5 things that could increase your premium

An unexpected home insurance premium increase can be like a hammer blow to the thumb for policyholders: painful. Get help dodging the blow by learning about (and, when possible, avoiding) these 5 common factors that can drive up your premium.

1. Attractive nuisances

Attractive nuisances are the fun but dangerous things in your home that increase your liability and others' — especially children's — injury risk. Dogs are the most common example — their bites account for roughly one-third of all home insurance liability claims.

Swimming pools are another usual suspect for rate spikes. They're a major danger to young kids, and you can even be liable for harm done to people who use your pool without your permission.

With the risk that comes with household additions like these, it's no wonder your insurer might look for a little more protection.

Here are some other attractive nuisances that could bring up your rates:

  • Trampolines
  • Tree houses
  • Zip lines

2. Risky structural or design elements of your home

Unfortunately, not all perils that increase homeowners insurance rates are under your control. Some might already be in place when you move in.

Do you have a wood-burning fireplace or stove? These bad boys account for 36 percent of rural, residential home fires each year, according to the U.S. Fire Administration. What about a balcony or winding staircase? If they increase the likelihood of falls in the home, they're serious threats — 20 to 30 percent of tumbles lead to moderate or severe injuries, say the Centers for Disease Control and Prevention.

Shoddy plumbing, appliances, exteriors, or wiring are just a few other home elements that might give your insurer pause. If you're moving into a house that has pipes, roofing materials, wiring, or appliances over 25 years old, it's probably time to replace or update them.

3. A home business

Just think about all the stuff you need to run a home business: computers, scanners, printers, desk chairs, phones, filing cabinets, stress balls…the list can seem never-ending. That's a lot of extra items at risk in a burglary or fire and a big potential reimbursement for your insurer. Not to mention the increased personal liability from having customers or clients visit.

A home business could possibly require separate insurance to provide the best coverages. If your home business proves too great a threat for loss, consider looking into designated business coverage instead of home insurance.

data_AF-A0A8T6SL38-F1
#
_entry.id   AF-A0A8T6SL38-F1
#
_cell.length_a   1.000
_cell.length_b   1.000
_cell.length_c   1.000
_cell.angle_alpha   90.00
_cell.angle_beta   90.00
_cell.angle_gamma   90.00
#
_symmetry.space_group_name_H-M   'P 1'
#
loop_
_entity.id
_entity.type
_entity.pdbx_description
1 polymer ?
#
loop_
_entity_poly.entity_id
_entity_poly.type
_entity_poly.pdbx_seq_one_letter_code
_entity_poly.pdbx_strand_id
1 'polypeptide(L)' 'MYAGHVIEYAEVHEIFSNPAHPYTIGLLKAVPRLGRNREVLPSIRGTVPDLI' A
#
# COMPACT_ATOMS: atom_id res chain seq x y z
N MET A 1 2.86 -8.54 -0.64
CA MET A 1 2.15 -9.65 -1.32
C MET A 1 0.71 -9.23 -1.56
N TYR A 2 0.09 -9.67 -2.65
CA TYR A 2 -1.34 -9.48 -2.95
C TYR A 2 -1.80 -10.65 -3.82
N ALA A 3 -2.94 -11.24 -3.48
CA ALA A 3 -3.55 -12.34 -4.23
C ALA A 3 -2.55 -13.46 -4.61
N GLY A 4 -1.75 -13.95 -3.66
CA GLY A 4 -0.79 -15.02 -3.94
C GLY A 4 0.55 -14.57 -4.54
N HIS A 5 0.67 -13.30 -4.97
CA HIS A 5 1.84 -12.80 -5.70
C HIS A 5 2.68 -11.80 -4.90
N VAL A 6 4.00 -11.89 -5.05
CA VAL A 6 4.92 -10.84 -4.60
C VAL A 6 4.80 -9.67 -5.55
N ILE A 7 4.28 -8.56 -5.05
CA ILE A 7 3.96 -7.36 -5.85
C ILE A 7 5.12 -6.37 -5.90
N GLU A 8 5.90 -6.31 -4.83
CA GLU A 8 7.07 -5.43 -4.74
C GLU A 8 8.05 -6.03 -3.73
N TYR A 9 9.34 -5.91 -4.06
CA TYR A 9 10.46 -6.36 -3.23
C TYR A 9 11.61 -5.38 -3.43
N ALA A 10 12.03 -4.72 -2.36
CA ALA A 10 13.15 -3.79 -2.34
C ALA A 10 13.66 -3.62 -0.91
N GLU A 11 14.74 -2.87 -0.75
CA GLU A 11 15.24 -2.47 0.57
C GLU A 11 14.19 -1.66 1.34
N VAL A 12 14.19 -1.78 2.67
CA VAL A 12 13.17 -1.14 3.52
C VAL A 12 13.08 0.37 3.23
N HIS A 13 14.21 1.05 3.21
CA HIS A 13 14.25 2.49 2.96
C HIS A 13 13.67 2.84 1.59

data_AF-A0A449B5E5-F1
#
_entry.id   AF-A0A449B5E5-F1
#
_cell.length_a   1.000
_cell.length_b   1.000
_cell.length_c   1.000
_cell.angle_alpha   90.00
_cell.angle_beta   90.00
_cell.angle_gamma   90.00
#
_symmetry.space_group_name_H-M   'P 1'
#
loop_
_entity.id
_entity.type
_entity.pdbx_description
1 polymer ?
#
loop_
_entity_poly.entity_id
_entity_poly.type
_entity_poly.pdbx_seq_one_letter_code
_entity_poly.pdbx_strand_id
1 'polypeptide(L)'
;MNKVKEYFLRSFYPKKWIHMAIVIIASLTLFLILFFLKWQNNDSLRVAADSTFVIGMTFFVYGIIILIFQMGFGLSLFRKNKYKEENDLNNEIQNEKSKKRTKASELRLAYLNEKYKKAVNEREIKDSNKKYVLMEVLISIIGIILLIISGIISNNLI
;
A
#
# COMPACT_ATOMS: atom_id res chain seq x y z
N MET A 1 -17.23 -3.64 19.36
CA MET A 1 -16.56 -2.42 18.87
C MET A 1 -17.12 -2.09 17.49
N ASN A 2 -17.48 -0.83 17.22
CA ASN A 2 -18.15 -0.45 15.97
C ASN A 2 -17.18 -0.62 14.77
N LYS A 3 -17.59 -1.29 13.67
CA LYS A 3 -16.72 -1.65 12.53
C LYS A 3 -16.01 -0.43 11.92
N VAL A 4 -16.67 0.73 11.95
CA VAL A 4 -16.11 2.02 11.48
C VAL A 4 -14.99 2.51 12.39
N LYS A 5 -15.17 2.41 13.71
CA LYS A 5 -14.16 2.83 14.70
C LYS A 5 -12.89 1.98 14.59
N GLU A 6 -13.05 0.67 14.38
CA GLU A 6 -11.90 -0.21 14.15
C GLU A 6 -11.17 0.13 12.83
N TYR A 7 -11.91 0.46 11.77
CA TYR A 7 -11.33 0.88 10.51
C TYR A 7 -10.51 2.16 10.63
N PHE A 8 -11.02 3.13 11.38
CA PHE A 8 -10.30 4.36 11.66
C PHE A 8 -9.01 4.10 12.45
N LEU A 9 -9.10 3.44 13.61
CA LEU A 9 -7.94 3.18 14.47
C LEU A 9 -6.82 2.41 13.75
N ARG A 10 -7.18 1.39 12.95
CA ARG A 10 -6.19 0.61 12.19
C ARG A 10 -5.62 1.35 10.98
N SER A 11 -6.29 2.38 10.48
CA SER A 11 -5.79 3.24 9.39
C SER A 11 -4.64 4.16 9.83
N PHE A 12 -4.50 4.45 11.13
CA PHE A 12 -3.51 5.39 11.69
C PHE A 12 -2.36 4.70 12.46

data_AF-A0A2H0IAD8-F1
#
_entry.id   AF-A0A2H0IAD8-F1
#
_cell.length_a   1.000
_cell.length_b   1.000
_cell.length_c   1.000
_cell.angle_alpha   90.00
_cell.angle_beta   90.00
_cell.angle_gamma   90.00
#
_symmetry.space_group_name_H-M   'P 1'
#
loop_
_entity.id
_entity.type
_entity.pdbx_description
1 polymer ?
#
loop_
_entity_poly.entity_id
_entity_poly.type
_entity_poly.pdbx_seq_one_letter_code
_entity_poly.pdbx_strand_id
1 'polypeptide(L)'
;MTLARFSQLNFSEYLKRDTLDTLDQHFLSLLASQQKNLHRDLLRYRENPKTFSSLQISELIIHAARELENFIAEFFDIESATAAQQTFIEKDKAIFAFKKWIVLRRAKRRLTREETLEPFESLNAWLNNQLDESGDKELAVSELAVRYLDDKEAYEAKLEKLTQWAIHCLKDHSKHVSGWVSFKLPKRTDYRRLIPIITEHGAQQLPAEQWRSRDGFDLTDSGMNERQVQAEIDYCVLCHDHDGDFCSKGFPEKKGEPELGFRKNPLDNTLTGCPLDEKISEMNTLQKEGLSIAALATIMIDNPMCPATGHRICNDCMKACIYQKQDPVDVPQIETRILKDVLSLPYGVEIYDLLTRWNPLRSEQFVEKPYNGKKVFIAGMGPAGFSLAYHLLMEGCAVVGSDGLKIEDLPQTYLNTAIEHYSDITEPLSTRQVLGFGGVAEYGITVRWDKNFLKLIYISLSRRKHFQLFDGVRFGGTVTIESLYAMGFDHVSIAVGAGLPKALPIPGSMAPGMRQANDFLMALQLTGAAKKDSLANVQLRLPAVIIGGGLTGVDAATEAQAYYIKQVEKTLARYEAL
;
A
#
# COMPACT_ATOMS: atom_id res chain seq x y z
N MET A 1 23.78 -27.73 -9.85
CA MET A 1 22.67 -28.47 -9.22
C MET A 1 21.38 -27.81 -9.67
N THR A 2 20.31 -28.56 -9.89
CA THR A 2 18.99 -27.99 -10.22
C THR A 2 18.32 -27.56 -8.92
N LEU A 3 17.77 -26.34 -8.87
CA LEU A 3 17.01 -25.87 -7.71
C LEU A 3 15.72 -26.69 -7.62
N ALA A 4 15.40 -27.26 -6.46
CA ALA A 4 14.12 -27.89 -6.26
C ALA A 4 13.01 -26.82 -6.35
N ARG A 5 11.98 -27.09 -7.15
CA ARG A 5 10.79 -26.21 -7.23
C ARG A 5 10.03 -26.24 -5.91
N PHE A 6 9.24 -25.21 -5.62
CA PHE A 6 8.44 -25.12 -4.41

4. Luxury items

Most run-of-the-mill watches, earrings, clothing, and artwork are covered under your standard contents insurance and won't affect your premium much. But the high-priced items in your collection, like that engagement ring, fancy auction painting, or emerald-encrusted tiara (you've got one, right?) could make you a serious target for theft and greatly increase the amount of replacement coverage you need.

Certain pieces, depending on their value, may require separate insurance riders. Riders are beneficial when covering big-ticket items that are worth more than your coverage limits.

5. Your neighborhood

Frustrating as it can be, sometimes we're at the mercy of our surroundings. If your neighborhood sees a spike in burglary or fire claims, for example, you could see a premium increase even if you haven't had an incident.

Part of the reasoning here is that mishaps in the area might reflect greater risk for you, your home, and your stuff. In other words, a rise in the number of fires on your block, or a string of burglaries in your neighborhood might suggest that the surrounding area is not especially secure.

7 home maintenance tasks to save you money
Here's our primer on the ounce of prevention (to save you the pound of cure).

How is my premium decided?
Dollar for dollar, few coverages give you more protection for your premium than homeowners insurance.

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